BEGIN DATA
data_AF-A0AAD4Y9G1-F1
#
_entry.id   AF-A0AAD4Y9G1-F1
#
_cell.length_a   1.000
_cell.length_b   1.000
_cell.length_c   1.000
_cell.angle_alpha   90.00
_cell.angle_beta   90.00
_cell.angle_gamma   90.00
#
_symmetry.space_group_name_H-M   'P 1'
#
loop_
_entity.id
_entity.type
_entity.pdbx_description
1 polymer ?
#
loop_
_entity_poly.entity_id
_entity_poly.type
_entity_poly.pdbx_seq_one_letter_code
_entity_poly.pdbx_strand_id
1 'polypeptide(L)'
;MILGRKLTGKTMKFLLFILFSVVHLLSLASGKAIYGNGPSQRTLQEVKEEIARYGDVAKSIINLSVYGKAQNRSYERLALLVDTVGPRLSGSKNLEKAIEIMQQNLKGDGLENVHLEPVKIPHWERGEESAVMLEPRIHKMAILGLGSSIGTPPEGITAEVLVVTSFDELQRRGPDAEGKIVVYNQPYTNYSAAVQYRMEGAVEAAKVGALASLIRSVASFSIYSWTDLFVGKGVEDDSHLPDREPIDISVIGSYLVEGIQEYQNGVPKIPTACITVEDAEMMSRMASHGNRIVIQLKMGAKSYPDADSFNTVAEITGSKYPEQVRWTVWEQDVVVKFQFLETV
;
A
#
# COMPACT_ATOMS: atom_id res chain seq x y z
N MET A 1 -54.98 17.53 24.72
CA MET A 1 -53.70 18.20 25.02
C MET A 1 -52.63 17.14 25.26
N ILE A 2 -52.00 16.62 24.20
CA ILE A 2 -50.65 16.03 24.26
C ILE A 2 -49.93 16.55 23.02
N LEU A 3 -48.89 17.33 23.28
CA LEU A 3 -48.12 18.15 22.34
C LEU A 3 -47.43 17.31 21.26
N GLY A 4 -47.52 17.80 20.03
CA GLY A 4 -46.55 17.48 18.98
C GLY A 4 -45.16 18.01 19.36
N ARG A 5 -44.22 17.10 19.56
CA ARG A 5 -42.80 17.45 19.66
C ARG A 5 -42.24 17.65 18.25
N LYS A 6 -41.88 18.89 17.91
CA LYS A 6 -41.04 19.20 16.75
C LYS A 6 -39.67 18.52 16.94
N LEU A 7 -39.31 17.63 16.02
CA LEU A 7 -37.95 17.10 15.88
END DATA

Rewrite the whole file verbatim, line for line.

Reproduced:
data_AF-A0AAD4Y9G1-F1
#
_entry.id   AF-A0AAD4Y9G1-F1
#
_cell.length_a   1.000
_cell.length_b   1.000
_cell.length_c   1.000
_cell.angle_alpha   90.00
_cell.angle_beta   90.00
_cell.angle_gamma   90.00
#
_symmetry.space_group_name_H-M   'P 1'
#
loop_
_entity.id
_entity.type
_entity.pdbx_description
1 polymer ?
#
loop_
_entity_poly.entity_id
_entity_poly.type
_entity_poly.pdbx_seq_one_letter_code
_entity_poly.pdbx_strand_id
1 'polypeptide(L)'
;MILGRKLTGKTMKFLLFILFSVVHLLSLASGKAIYGNGPSQRTLQEVKEEIARYGDVAKSIINLSVYGKAQNRSYERLALLVDTVGPRLSGSKNLEKAIEIMQQNLKGDGLENVHLEPVKIPHWERGEESAVMLEPRIHKMAILGLGSSIGTPPEGITAEVLVVTSFDELQRRGPDAEGKIVVYNQPYTNYSAAVQYRMEGAVEAAKVGALASLIRSVASFSIYSWTDLFVGKGVEDDSHLPDREPIDISVIGSYLVEGIQEYQNGVPKIPTACITVEDAEMMSRMASHGNRIVIQLKMGAKSYPDADSFNTVAEITGSKYPEQVRWTVWEQDVVVKFQFLETV
;
A
#
# COMPACT_ATOMS: atom_id res chain seq x y z
N MET A 1 -54.98 17.53 24.72
CA MET A 1 -53.70 18.20 25.02
C MET A 1 -52.63 17.14 25.26
N ILE A 2 -52.00 16.62 24.20
CA ILE A 2 -50.65 16.03 24.26
C ILE A 2 -49.93 16.55 23.02
N LEU A 3 -48.89 17.33 23.28
CA LEU A 3 -48.12 18.15 22.34
C LEU A 3 -47.43 17.31 21.26
N GLY A 4 -47.52 17.80 20.03
CA GLY A 4 -46.55 17.48 18.98
C GLY A 4 -45.16 18.01 19.36
N ARG A 5 -44.22 17.10 19.56
CA ARG A 5 -42.80 17.45 19.66
C ARG A 5 -42.24 17.65 18.25
N LYS A 6 -41.88 18.89 17.91
CA LYS A 6 -41.04 19.20 16.75
C LYS A 6 -39.67 18.52 16.94
N LEU A 7 -39.31 17.63 16.02
CA LEU A 7 -37.95 17.10 15.88